(Photo courtesy of Salmon Health and Retirement)

The clocks turned back earlier this week, but Daylight Savings Time can be a frustrating change for older adults — and it can come with negative health consequences. 

Special lighting systems in senior living communities and skilled nursing facilities can help maintain older adults’ circadian rhythms and create an environment that maintains both safety and sleep schedules.

Over the past few years, Salmon Health and Retirement’s campuses have installed customized lighting systems intended to help residents navigate spaces at night, reducing risks of falling down or falling off their sleep cycle.

“We talk about domino habits at Salmon,” Andrew Salmon, Salmon Health’s chief future officer, told McKnight’s Wednesday. “When we [envision a person’s time at Salmon], we look at it backwards and forwards. What do they need in order to have a good day? And good sleep?” 

A lot of older adults’ mood, behavior and cognition is the result of both short-term and long-term sleep habits, particularly for people living with Alzheimer’s disease, Salmon said.

If that weren’t challenging enough, sleep quality is a moving target among older adults, who naturally lose the ability to get slow-wave, or NREM sleep, and experience increased nighttime sleep disruptions, studies show.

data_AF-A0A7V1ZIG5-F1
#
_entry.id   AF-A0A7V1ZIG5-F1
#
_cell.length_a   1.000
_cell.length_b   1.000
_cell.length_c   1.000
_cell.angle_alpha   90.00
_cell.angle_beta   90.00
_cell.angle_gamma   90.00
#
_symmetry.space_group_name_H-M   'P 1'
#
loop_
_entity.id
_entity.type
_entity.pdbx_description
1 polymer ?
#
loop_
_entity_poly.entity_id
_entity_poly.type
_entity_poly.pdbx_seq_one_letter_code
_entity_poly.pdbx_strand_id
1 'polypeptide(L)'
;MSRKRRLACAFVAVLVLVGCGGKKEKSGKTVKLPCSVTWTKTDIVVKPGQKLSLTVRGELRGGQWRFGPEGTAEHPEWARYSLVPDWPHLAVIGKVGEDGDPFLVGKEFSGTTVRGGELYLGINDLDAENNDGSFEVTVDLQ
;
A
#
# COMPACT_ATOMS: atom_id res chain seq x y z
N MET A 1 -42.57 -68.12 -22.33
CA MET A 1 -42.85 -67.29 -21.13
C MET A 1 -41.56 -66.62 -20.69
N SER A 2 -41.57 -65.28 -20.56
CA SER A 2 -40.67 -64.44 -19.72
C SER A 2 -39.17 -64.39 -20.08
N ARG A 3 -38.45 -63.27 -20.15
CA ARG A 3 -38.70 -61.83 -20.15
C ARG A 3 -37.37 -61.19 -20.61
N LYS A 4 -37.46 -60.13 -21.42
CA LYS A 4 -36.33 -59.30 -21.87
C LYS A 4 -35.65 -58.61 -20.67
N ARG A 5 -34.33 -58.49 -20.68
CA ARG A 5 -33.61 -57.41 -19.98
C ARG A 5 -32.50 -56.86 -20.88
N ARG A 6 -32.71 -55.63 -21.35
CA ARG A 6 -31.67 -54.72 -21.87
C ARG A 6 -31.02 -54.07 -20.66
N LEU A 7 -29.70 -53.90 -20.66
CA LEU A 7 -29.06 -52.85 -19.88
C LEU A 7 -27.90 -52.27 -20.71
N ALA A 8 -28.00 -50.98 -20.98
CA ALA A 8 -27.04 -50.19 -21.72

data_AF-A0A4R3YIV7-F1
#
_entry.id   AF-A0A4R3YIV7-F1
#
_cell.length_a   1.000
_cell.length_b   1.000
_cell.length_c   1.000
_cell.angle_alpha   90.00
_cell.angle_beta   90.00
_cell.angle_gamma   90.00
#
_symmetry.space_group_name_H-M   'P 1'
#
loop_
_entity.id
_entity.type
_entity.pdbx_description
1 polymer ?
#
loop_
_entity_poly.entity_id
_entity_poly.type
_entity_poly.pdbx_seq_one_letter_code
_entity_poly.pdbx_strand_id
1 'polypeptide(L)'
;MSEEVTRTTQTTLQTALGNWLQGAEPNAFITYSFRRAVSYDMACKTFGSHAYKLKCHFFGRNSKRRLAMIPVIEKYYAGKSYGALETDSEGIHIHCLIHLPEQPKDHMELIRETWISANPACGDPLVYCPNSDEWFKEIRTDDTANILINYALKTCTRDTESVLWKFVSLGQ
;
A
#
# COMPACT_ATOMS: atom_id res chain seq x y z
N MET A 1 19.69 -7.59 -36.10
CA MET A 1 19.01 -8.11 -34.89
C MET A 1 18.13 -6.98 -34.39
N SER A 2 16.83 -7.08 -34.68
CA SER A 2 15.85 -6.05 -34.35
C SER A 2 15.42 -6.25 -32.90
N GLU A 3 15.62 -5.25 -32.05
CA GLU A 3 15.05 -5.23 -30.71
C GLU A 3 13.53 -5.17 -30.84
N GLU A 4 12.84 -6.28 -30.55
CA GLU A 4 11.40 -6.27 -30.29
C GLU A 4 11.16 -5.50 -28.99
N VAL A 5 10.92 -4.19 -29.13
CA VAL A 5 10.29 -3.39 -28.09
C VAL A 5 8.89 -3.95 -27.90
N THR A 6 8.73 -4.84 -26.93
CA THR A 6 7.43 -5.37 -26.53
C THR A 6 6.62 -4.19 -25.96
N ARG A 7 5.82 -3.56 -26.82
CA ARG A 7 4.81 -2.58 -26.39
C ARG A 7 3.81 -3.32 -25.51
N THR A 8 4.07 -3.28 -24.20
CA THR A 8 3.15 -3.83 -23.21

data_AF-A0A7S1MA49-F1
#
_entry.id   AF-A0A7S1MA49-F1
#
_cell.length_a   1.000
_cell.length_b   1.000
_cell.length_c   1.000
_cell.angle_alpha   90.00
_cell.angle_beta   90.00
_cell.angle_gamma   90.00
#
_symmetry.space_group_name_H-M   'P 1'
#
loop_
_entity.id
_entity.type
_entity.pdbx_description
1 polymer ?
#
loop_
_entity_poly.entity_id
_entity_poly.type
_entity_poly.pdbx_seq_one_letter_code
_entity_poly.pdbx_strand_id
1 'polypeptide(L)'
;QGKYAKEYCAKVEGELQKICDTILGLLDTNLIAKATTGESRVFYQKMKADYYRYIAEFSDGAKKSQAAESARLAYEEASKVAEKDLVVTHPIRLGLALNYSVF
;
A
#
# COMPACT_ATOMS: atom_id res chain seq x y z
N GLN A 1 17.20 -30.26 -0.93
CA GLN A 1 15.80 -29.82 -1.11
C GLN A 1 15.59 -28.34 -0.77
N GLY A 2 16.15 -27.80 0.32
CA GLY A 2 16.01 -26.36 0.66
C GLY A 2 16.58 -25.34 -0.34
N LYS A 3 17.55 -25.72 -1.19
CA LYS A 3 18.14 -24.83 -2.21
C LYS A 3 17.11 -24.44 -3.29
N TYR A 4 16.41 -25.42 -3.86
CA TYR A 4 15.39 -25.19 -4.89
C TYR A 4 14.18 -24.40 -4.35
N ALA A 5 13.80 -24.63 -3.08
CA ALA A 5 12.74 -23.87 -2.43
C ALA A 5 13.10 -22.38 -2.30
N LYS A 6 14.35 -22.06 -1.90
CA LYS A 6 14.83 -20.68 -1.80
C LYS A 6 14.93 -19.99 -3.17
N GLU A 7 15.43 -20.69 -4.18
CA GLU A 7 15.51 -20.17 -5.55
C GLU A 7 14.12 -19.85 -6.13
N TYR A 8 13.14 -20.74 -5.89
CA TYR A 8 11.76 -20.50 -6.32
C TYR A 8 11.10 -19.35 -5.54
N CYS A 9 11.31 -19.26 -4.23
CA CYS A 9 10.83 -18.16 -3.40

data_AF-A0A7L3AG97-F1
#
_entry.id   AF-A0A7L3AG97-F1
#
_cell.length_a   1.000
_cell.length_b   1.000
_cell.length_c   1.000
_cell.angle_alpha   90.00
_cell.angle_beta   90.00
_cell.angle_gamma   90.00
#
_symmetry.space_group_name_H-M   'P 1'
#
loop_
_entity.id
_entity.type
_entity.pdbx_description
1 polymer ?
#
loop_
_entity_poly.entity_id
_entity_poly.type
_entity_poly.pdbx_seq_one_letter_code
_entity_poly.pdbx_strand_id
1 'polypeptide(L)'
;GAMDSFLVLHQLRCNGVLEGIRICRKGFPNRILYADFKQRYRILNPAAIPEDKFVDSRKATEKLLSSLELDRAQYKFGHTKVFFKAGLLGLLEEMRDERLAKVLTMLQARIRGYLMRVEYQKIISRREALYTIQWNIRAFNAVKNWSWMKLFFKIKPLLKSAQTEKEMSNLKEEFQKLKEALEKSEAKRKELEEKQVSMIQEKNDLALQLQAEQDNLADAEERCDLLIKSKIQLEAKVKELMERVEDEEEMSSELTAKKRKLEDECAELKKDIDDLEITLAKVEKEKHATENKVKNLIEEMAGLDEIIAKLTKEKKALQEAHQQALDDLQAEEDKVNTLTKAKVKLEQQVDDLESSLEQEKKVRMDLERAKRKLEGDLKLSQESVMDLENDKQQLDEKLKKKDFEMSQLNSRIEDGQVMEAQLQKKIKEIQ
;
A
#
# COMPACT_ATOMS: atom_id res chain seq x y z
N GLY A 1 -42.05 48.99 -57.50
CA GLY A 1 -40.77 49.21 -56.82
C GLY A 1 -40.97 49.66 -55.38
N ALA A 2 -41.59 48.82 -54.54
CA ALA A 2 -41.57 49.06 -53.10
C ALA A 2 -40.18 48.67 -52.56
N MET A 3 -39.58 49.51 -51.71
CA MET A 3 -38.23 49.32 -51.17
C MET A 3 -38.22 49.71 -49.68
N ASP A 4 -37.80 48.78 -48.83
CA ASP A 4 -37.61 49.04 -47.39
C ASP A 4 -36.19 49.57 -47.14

Older adults even have a higher risk of heart attack and stroke the Monday after DST, according to a report last year from AARP.

For Salmon Health’s residents’ bathrooms, that means “softer, yellow” lighting, as opposed to LED lighting systems. It’s continually on, but at thresholds below what would disrupt circadian rhythms, Salmon explained.

The lighting is calibrated to change at various times during the day — both in residents’ rooms and common spaces such as bathrooms and dining rooms — to help support natural circadian rhythms in residents. 

Many senior living and care operators are looking into state-of-the-art lighting systems, although their priorities can differ. Some LED lighting systems are in place to help keep communities virus-free.

In another example, Nobi’s smart lamp systems are designed with monitoring technology and intended to prioritize fall reduction, the company told McKnight’s earlier this week.